Google unveiled a bunch of new products on Wednesday, including a pair of Pixel smartphones, all meant to pull consumers further into the company's ever-expanding ecosystem. 

The company says the Pixel 2 and Pixel 2 XL, which have 5- and 6-inch screens, respectively, have super-sharp displays and improved cameras. Like the top models from Samsung and Apple, the Pixels have a sophisticated new portrait mode.

They are also the first phones to incorporate Google Lens, an augmented reality technology that the company showed off at its annual tech conference earlier in 2017.

Google’s other offerings announced Wednesday include a pair of smart speakers, a new Chromebook, earbuds, and more. All of these new products work with Google Assistant, the tech giant's entry in the digital assistant wars that also include Apple Siri and Amazon Alexa.

The Pixel 2 starts at $649 for a 64GB model, while the base price for the Pixel 2 XL is $849. They can be preordered now and will go on sale Oct. 19. 

Focus on Photos

Last year’s debut Pixel and Pixel XL excelled in CR's smartphone camera testing, and the new models continue Google's emphasis on photography.

Both versions of the phone feature a 12-megapixel rear camera. The cameras check all the boxes on high-end smartphone photography features.

In particular, the Pixel 2 phones have a portrait mode, which uses software to produce a bokeh effect, in which the subject is in sharp focus while the background is blurred. It's a classic technique of portrait photography.

The iPhone 8 Plus and Samsung Note8 do something similar, using a pair of lenses—one that takes a picture up close and another that takes a wide-angle photo. Google says the Pixel 2s achieve the same effect with just one lens by using sophisticated software and "dual-pixel sensors." What that means, roughly, is that each pixel captures two slightly different images (one on the right, one on the left) that the software uses to sense depth. According to Google, the technology is particularly helpful in creating the bokeh effect when there's a bright, busy background.

That’s a claim we’ll be interested to test out in our labs after the phones hit the market.

Like the most recent iPhones, the new Pixels also focus on augmented reality. These are the first phones to feature Google Lens, which was unveiled at the company's Google I/O conference earlier this year. Google Lens is a technology that uses artificial intelligence to help your phone interpret what the camera is looking at, and provide relevant information or perform useful functions. Conceptually, that's similar to the unloved Google Glass, which the company launched back in 2013.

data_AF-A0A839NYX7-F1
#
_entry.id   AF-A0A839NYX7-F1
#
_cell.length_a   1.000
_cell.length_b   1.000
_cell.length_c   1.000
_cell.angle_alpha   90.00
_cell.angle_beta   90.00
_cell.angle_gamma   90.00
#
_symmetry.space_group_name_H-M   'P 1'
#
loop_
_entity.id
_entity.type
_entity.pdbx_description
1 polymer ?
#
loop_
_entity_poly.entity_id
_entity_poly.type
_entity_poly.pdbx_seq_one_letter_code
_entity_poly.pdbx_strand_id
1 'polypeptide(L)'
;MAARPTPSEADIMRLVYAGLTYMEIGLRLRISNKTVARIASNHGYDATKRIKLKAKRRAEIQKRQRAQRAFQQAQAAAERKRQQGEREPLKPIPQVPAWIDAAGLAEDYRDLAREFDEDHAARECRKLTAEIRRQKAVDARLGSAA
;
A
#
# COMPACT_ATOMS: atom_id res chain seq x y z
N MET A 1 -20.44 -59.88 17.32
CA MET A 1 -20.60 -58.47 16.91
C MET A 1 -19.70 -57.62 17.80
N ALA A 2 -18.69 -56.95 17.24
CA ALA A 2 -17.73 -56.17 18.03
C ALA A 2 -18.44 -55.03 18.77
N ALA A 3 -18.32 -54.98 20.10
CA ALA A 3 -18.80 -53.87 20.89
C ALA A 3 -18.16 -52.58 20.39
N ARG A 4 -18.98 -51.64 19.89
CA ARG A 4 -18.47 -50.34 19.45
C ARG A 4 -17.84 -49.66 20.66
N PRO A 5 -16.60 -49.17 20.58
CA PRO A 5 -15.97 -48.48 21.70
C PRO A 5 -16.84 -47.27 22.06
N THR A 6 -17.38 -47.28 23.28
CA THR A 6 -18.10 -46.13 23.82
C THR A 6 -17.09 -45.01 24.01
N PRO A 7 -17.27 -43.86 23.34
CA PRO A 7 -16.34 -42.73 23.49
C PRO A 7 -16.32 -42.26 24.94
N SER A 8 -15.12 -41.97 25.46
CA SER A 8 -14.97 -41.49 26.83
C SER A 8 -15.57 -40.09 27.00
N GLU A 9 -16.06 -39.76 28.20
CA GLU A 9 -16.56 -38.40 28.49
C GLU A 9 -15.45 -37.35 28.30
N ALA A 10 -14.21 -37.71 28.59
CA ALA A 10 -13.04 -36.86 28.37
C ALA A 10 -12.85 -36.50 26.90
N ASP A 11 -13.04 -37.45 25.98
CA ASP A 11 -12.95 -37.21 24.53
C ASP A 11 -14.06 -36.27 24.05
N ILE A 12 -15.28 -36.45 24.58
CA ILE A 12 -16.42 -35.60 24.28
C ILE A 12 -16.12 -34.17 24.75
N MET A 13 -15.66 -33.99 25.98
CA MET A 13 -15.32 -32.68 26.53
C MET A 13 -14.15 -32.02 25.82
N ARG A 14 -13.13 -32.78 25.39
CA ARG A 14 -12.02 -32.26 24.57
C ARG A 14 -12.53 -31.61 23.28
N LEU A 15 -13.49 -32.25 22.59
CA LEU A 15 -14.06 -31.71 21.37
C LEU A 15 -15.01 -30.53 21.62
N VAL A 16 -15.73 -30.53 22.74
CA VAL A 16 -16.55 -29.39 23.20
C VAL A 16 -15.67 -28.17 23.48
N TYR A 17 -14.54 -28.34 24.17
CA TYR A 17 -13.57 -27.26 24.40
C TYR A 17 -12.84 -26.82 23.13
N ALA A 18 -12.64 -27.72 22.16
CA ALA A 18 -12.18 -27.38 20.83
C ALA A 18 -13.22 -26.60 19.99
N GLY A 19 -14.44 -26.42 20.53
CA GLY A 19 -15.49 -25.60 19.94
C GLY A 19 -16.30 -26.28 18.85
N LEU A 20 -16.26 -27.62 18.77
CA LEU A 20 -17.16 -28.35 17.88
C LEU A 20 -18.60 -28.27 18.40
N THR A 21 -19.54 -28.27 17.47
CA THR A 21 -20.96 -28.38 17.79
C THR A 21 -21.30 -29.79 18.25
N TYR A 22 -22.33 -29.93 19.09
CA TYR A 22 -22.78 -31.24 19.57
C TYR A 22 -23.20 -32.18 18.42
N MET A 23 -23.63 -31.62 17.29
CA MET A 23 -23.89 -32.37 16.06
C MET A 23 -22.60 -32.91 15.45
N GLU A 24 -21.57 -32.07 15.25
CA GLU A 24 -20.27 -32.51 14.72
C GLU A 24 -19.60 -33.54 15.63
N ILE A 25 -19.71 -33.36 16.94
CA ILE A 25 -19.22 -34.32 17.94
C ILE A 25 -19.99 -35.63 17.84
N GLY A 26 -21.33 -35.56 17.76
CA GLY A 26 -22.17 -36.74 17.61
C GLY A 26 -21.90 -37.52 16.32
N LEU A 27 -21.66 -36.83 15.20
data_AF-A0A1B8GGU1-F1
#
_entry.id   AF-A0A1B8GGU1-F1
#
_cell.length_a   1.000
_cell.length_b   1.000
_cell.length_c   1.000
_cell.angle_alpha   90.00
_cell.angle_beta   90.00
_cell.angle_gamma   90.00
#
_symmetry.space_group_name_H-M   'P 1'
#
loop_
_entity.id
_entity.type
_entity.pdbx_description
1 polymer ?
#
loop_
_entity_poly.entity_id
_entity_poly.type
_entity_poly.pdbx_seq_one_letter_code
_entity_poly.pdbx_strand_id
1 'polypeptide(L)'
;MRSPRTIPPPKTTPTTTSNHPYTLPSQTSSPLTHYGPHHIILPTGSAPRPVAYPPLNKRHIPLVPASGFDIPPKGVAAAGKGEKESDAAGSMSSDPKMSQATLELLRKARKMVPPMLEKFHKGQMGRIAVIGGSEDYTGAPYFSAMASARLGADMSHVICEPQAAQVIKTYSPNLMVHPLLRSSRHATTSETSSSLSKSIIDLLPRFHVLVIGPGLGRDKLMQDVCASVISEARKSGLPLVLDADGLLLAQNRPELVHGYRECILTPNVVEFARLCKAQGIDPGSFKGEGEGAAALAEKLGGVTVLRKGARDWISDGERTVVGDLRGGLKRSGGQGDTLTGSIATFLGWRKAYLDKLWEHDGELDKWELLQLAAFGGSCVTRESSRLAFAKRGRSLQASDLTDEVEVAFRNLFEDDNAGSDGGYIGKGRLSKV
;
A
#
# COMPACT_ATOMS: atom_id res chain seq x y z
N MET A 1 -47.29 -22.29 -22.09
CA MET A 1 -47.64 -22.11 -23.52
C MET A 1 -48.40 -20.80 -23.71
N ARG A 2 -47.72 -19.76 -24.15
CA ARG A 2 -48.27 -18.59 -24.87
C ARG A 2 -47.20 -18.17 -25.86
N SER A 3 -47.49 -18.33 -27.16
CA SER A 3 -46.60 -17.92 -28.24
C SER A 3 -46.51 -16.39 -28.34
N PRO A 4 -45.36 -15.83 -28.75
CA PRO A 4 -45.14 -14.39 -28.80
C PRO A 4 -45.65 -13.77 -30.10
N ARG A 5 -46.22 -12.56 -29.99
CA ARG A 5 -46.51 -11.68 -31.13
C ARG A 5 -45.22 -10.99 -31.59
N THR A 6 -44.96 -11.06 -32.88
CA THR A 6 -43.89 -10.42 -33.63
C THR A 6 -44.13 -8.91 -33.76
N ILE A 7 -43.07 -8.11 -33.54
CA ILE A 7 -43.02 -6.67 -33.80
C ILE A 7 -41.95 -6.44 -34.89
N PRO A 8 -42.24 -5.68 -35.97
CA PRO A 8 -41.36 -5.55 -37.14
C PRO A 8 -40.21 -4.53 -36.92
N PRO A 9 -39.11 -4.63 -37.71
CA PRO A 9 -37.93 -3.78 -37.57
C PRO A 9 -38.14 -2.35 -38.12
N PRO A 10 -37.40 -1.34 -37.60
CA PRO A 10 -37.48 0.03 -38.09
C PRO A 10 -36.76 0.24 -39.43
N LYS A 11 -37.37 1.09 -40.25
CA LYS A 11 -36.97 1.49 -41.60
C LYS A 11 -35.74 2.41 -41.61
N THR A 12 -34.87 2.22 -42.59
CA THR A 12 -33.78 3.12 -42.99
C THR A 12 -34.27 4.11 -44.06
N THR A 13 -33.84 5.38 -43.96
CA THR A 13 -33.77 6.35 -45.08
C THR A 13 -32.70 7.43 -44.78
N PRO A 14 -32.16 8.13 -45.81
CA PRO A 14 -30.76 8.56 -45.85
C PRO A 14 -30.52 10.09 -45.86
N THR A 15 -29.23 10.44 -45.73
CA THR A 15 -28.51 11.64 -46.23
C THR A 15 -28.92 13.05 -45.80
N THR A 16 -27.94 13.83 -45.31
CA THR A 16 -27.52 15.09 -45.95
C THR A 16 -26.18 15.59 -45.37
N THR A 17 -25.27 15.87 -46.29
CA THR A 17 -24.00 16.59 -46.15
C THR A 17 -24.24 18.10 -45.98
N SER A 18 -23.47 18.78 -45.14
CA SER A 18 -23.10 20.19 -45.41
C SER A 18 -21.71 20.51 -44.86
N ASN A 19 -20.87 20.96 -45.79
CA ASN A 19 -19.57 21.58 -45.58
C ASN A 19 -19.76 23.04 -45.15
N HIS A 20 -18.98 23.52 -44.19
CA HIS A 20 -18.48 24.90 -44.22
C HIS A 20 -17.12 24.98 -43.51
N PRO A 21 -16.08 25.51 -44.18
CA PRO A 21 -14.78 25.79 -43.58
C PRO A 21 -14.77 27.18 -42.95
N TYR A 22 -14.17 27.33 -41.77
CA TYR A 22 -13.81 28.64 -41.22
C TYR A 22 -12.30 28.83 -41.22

We'll have to see how well it works in the real world, but it should help the phones handle diverse AR apps.

Other notable features include an OLED HD display; the same screen technology is used on high-end phones by LG and Samsung, along with the upcoming iPhone X. 

Google is bucking the all-glass trend in smartphones by using aluminum construction in the phones, which could mean more durability, but no wireless charging. As in the previous Pixels, there's a fingerprint sensor on the back of the phone—similar buttons on other Android phones can be hard to reach, but the Pixel version seems to be placed more conveniently.

In addition, you can access Google Assistant by just squeezing the sides of the phone. 

Photo: Google

New Speakers, Chromebook and More

Google’s other offerings announced Wednesday include a pair of smart speakers that expand the Google Home line. The original Google Home, which came out last year, was the company's answer to Amazon's voice-controlled Echo smart speaker. The Google Home Mini, which will cost $49 when it hits the market next month, looks comparable to Amazon’s Echo Dot, a small, voice-controlled device designed to pair with conventional Bluetooth speakers. The Google Home Max, which will cost $399 when it comes out in December, is focused on sound quality and is a clear challenge to Apple’s HomePod speaker, coming out the same month.

The company is also launching a new, powerful Chromebook. The Pixelbook ($999) is a super-thin laptop and the first to have Google Assistant built in. It's available for preorder now and goes on sale October 31.

Google says its new, Bluetooth-enabled Pixel Buds are optimized to work with Google Assistant. They are supposed to have a 5-hour battery, with the included charging case carrying enough juice to last 24 hours.

The Buds also work with Google Translate, so when you speak into your earphones, your phone's speaker will translate what you say into one of 40 languages. (This technology should sound familiar to fans of Douglas Adams' famous sci-fi saga, The Hitchhiker's Guide to the Galaxy.)

The Buds cost $159, can be preordered today, and will hit stores in November.

Finally, Google Clips are small, hands-free cameras that will sell for $249, but it’s unclear when they will go on sale. The company also introduced the Daydream View virtual reality headset, which works with various smartphones and will sell for $99. 

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